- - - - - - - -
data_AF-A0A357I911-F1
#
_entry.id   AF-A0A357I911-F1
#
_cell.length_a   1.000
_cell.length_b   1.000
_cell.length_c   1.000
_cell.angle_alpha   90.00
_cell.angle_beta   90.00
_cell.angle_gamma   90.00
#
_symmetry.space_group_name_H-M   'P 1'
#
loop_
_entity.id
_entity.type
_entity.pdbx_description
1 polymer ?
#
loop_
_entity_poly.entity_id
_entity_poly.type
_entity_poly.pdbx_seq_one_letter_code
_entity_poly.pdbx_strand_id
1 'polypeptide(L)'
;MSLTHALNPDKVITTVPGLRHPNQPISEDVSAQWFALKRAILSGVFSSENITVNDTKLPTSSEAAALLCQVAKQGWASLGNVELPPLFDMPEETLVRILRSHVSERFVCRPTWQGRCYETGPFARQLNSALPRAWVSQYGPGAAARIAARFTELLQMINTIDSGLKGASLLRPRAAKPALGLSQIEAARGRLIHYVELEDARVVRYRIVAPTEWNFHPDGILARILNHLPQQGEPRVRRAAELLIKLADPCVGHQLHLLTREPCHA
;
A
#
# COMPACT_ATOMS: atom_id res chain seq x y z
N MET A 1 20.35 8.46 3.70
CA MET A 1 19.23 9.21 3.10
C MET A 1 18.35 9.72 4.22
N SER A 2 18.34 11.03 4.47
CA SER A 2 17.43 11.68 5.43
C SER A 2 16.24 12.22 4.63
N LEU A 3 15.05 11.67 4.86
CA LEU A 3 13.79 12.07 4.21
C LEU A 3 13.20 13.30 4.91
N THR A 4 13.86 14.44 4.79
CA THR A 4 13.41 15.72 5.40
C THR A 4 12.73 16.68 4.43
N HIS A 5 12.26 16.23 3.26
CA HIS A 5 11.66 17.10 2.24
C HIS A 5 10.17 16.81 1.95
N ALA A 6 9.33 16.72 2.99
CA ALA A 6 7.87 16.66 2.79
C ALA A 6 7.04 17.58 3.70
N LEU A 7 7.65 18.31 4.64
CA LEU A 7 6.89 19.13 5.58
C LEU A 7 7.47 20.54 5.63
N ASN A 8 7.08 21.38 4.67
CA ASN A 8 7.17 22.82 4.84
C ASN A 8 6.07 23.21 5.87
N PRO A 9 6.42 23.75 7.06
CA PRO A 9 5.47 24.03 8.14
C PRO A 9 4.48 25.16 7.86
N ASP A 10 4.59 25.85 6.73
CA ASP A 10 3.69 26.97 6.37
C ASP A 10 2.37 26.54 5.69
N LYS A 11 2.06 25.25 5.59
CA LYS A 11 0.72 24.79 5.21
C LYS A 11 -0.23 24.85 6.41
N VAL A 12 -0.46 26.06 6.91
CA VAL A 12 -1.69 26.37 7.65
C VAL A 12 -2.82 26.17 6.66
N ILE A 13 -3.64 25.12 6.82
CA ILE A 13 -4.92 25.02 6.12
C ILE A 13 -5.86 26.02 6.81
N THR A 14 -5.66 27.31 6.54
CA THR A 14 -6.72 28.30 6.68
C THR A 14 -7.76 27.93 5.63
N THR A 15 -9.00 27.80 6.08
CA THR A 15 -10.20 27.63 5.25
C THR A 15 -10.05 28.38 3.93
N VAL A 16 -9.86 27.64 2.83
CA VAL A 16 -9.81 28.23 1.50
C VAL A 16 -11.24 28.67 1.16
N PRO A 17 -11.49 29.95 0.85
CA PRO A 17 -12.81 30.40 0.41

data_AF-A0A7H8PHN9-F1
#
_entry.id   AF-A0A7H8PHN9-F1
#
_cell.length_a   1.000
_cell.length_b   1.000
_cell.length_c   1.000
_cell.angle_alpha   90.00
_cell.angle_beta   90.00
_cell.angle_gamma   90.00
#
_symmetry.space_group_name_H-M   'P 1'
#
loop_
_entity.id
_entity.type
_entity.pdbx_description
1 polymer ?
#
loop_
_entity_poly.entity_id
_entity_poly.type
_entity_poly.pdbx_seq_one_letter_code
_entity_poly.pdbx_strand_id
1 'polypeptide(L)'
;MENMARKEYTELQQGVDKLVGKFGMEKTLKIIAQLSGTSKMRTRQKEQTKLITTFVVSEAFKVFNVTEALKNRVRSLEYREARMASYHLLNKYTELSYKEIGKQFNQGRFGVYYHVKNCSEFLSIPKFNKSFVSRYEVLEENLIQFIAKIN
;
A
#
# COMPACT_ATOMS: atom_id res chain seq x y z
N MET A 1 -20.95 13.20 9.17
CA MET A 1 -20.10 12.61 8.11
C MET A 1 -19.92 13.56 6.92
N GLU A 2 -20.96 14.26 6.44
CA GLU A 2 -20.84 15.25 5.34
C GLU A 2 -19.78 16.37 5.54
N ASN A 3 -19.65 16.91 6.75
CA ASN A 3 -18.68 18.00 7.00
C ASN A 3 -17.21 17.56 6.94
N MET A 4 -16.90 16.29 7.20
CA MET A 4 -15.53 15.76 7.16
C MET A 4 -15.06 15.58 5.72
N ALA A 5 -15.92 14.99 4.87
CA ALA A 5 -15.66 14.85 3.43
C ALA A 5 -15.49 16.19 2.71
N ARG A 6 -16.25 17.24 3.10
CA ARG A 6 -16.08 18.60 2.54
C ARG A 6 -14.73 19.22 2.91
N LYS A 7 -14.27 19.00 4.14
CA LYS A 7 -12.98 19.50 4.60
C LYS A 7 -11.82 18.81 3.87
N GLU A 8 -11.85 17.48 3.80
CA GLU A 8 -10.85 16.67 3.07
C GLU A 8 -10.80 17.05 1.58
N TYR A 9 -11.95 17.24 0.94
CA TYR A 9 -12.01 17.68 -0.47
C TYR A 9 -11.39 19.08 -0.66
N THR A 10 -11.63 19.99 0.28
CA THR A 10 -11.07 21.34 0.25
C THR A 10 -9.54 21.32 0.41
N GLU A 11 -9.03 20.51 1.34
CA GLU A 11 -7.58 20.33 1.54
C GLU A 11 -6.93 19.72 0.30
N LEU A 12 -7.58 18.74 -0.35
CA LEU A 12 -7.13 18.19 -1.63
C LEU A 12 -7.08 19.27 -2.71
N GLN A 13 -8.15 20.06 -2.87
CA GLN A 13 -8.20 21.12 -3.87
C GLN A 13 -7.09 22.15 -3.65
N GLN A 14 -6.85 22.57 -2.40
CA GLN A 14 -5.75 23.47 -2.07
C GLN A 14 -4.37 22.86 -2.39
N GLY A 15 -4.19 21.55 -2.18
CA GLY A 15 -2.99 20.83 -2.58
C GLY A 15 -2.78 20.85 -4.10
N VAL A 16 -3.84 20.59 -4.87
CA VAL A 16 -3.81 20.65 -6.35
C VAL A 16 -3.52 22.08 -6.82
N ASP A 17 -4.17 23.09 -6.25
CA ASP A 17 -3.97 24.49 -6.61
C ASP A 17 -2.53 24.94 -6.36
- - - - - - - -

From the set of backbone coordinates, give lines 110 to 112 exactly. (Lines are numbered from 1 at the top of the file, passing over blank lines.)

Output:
# COMPACT_ATOMS: atom_id res chain seq x y z
N MET A 1 -20.95 13.20 9.17
CA MET A 1 -20.10 12.61 8.11